Aisake, GIFT general secretary, and I spent about 4 hours in his car driving into Savusavu town, then up north to Labasa to meet with various folks involved in some aspect of the next three weeks of activity here on Vanua Levu Island. By God’s grace we met with everyone we needed to see A number of us sat down for pizza, and chicken and chips at a small restaurant in Labasa where we arranged the last of our beekeeper’s schedule and for food purchase and preparation for the Dreketi outreach.
One couple who were with us, Chuck and Susan MacKay, are farmers near Labasa. I first met them a number of years ago when I was doing outreaches in the slums of Suva. Chuck is a man of many talents. He designed the women’s and youth center we built in the Namadi slums. Now he helps direct some of the farmer’s groups in his region. Some of these folks are Indian cane farmers who want to diversify their crops away from sugar cane. Some are Fijian villagers who want to learn how to best use their small village plots.
Chuck and his wife operate what I would call an experimental farm, growing a wide variety of crops and fruit trees, trying to determine which would be best to expand into the larger farming community. What grows best in a tropical climate? What is sustainable? What sells? Most of the local farmers have very little land, perhaps a couple of acres. However, if you combine their holdings, the growing area is fairly significant. Chuck keeps bees and encourages others to do the same. We relied upon his contacts to determine where and who Carl will train.
Chuck has begun to develop relationships with the leaders of the Fiji Beekeepers Association headquartered in Suva. I have met a few times with these same folks and know how committed they are to seeing beekeeping thrive around the nation. They have concluded that the best way to promote beekeeping is to train and mentor local trainers from among those who want to keep bees, so these trained individuals can have an ongoing beneficial impact among the various beekeepers in each community. TUtP wants to cooperate with this as we know that unless there are local trained and committed people in each community who will do follow up and be available to answer questions and troubleshoot problems, beekeeping will not succeed in most locations.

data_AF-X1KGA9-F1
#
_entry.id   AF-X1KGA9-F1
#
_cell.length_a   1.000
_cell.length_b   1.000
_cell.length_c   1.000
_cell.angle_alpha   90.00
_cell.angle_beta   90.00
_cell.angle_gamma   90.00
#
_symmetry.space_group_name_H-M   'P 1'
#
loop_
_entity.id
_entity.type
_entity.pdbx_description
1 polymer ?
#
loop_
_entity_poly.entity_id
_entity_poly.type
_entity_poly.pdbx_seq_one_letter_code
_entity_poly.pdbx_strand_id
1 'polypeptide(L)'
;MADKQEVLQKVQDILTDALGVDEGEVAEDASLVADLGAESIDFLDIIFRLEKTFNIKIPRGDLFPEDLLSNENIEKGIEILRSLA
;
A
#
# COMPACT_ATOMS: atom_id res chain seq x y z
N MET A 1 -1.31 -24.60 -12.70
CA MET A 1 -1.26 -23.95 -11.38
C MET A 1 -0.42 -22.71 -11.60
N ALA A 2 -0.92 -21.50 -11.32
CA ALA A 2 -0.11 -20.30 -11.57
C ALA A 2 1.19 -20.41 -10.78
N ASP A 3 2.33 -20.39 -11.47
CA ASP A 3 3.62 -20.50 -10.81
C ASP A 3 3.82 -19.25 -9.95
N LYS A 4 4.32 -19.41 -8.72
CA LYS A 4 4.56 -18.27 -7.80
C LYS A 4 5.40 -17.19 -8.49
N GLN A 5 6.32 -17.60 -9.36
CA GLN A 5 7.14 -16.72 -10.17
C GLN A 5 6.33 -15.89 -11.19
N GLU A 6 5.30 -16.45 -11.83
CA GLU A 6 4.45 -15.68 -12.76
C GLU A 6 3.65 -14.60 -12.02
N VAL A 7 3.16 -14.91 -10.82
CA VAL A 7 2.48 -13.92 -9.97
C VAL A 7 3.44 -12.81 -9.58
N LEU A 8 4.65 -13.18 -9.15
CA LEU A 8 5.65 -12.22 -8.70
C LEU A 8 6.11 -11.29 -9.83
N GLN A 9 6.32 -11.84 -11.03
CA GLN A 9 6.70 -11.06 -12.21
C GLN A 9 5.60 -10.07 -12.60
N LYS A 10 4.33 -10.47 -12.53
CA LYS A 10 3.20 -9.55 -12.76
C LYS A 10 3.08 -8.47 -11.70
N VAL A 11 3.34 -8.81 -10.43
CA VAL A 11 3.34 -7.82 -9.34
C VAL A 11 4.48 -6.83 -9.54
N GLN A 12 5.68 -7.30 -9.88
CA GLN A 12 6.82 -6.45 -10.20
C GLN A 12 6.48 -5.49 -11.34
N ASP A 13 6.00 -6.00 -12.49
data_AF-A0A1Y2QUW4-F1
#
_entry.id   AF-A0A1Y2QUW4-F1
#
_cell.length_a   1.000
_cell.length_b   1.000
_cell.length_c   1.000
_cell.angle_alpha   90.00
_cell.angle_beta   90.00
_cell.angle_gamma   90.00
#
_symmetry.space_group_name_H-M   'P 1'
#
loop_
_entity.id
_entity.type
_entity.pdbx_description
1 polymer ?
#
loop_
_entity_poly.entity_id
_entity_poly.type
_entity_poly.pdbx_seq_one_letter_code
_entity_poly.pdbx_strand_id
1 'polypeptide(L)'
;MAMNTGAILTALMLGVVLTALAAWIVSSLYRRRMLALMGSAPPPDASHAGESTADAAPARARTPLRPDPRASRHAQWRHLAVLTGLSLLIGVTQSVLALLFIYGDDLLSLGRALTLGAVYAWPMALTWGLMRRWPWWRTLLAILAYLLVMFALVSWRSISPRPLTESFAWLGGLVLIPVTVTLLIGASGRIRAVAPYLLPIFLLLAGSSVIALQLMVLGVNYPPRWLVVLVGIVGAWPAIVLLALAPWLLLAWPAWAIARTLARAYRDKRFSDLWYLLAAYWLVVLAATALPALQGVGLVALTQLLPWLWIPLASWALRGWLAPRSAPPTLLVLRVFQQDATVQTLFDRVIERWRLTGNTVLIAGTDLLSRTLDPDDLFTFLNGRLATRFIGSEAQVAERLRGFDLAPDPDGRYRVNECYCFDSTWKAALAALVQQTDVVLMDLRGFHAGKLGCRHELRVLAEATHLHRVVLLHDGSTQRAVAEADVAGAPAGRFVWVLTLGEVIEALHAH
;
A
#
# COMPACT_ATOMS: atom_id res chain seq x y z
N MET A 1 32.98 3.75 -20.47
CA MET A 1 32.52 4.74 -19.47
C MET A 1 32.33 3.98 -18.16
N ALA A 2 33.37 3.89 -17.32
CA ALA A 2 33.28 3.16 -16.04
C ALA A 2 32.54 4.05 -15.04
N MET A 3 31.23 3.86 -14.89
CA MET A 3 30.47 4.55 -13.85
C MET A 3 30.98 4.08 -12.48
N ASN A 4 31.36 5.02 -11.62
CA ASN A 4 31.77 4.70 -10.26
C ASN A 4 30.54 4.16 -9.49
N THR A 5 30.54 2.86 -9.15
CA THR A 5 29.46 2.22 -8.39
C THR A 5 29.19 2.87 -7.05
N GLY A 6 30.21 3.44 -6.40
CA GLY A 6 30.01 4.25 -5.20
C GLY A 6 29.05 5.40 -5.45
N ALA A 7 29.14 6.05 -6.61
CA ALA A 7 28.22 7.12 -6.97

Our beekeeper, Carl, will be extremely busy travelling to a number of locations during his time here. Most training groups will be with him for two days of sessions. We have deliberately kept these groups to fewer than 20 individuals so each person can get real hands-on experience actually working in a hive.
One of the individuals with us this afternoon works for the International Training Center. ITC does some funding for development projects, but mostly is committed to entering into a variety of ongoing mentoring and training ventures like beekeeping and farming. They are big on hands-on experience rather than programs that emphasize theory over substance. We assured her that we share the same philosophy. She is helping gather some of their contacts for training.
The Fijian team from Suva arrives by ferry tomorrow around 2 p.m. Carl and Dr. Tom Boone, our dentist, arrive by plane in Nadi around 5:30 a.m. from LAX. Their one-hour flight to Savusavu arrives here around 4 p.m. We will head to the Dreketi area soon after they get here.
On Sunday morning, I’ll preach at the church where we will conduct our medical clinic and evangelism outreach. We’ll then set things up so we can begin medical work early on Monday morning. Carl will head out with Chuck to the first of his training sessions. So the beekeeping component will not be in the same venue as the rest of our activities.
Gotta love the tropics. Just went in to take a shower. A truly huge cane toad was ensconced like a potentate in the middle of the floor. Near the floor on one cement block wall was a small mud crab. Near the ceiling on another of the walls sat an enormous spider about the size of a tarantula.
Your continued prayers are appreciated. Please pray
- For safe travel for everyone. Some of the roads into the farming areas can be a challenge.
For good health for each of us.
That those who should participate in the clinics, beekeeping sessions and the youth camp will find their way to the variety of places where we will be.
- For people to find Christ through the various things we do.